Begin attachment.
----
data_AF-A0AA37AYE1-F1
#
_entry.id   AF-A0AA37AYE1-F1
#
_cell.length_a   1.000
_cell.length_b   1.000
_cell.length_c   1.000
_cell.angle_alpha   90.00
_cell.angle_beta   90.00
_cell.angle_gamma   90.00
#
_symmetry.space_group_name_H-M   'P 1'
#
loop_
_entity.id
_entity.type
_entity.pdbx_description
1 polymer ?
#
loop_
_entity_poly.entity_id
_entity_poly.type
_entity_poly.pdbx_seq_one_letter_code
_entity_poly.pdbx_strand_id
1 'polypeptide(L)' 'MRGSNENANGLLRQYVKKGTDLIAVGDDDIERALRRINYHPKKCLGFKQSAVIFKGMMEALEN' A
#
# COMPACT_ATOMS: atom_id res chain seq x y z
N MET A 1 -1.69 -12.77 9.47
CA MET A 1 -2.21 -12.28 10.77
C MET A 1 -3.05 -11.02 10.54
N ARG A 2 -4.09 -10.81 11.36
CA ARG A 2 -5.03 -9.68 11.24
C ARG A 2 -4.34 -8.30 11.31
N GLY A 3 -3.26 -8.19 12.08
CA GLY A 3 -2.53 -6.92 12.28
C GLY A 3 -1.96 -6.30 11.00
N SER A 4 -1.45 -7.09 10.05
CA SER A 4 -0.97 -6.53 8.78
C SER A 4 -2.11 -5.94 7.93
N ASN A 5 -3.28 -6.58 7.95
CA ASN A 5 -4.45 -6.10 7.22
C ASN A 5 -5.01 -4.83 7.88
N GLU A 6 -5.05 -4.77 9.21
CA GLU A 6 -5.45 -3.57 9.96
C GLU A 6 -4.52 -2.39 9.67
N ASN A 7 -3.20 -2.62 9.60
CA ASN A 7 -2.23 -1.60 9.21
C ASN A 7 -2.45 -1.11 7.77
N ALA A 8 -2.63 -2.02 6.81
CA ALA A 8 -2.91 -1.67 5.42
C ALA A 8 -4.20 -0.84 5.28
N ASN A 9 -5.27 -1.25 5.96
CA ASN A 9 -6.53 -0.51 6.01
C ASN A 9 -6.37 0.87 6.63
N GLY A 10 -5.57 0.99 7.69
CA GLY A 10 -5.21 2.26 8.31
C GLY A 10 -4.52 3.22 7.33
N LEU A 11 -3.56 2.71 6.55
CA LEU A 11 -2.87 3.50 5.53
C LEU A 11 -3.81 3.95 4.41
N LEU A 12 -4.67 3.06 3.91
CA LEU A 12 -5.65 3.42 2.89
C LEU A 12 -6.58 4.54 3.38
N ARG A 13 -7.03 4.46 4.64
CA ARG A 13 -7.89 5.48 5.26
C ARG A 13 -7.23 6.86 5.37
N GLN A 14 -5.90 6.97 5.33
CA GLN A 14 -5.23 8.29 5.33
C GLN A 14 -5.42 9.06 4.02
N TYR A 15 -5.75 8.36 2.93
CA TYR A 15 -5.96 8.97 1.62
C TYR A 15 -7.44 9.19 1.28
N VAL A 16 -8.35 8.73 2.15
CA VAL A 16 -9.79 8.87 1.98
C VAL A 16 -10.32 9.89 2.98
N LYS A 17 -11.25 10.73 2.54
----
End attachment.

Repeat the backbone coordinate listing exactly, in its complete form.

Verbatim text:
data_AF-A0AA37AYE1-F1
#
_entry.id   AF-A0AA37AYE1-F1
#
_cell.length_a   1.000
_cell.length_b   1.000
_cell.length_c   1.000
_cell.angle_alpha   90.00
_cell.angle_beta   90.00
_cell.angle_gamma   90.00
#
_symmetry.space_group_name_H-M   'P 1'
#
loop_
_entity.id
_entity.type
_entity.pdbx_description
1 polymer ?
#
loop_
_entity_poly.entity_id
_entity_poly.type
_entity_poly.pdbx_seq_one_letter_code
_entity_poly.pdbx_strand_id
1 'polypeptide(L)' 'MRGSNENANGLLRQYVKKGTDLIAVGDDDIERALRRINYHPKKCLGFKQSAVIFKGMMEALEN' A
#
# COMPACT_ATOMS: atom_id res chain seq x y z
N MET A 1 -1.69 -12.77 9.47
CA MET A 1 -2.21 -12.28 10.77
C MET A 1 -3.05 -11.02 10.54
N ARG A 2 -4.09 -10.81 11.36
CA ARG A 2 -5.03 -9.68 11.24
C ARG A 2 -4.34 -8.30 11.31
N GLY A 3 -3.26 -8.19 12.08
CA GLY A 3 -2.53 -6.92 12.28
C GLY A 3 -1.96 -6.30 11.00
N SER A 4 -1.45 -7.09 10.05
CA SER A 4 -0.97 -6.53 8.78
C SER A 4 -2.11 -5.94 7.93
N ASN A 5 -3.28 -6.58 7.95
CA ASN A 5 -4.45 -6.10 7.22
C ASN A 5 -5.01 -4.83 7.88
N GLU A 6 -5.05 -4.77 9.21
CA GLU A 6 -5.45 -3.57 9.96
C GLU A 6 -4.52 -2.39 9.67
N ASN A 7 -3.20 -2.62 9.60
CA ASN A 7 -2.23 -1.60 9.21
C ASN A 7 -2.45 -1.11 7.77
N ALA A 8 -2.63 -2.02 6.81
CA ALA A 8 -2.91 -1.67 5.42
C ALA A 8 -4.20 -0.84 5.28
N ASN A 9 -5.27 -1.25 5.96
CA ASN A 9 -6.53 -0.51 6.01
C ASN A 9 -6.37 0.87 6.63
N GLY A 10 -5.57 0.99 7.69
CA GLY A 10 -5.21 2.26 8.31
C GLY A 10 -4.52 3.22 7.33
N LEU A 11 -3.56 2.71 6.55
CA LEU A 11 -2.87 3.50 5.53
C LEU A 11 -3.81 3.95 4.41
N LEU A 12 -4.67 3.06 3.91
CA LEU A 12 -5.65 3.42 2.89
C LEU A 12 -6.58 4.54 3.38
N ARG A 13 -7.03 4.46 4.64
CA ARG A 13 -7.89 5.48 5.26
C ARG A 13 -7.23 6.86 5.37
N GLN A 14 -5.90 6.97 5.33
CA GLN A 14 -5.23 8.29 5.33
C GLN A 14 -5.42 9.06 4.02
N TYR A 15 -5.75 8.36 2.93
CA TYR A 15 -5.96 8.97 1.62
C TYR A 15 -7.44 9.19 1.28
N VAL A 16 -8.35 8.73 2.15
CA VAL A 16 -9.79 8.87 1.98
C VAL A 16 -10.32 9.89 2.98
N LYS A 17 -11.25 10.73 2.54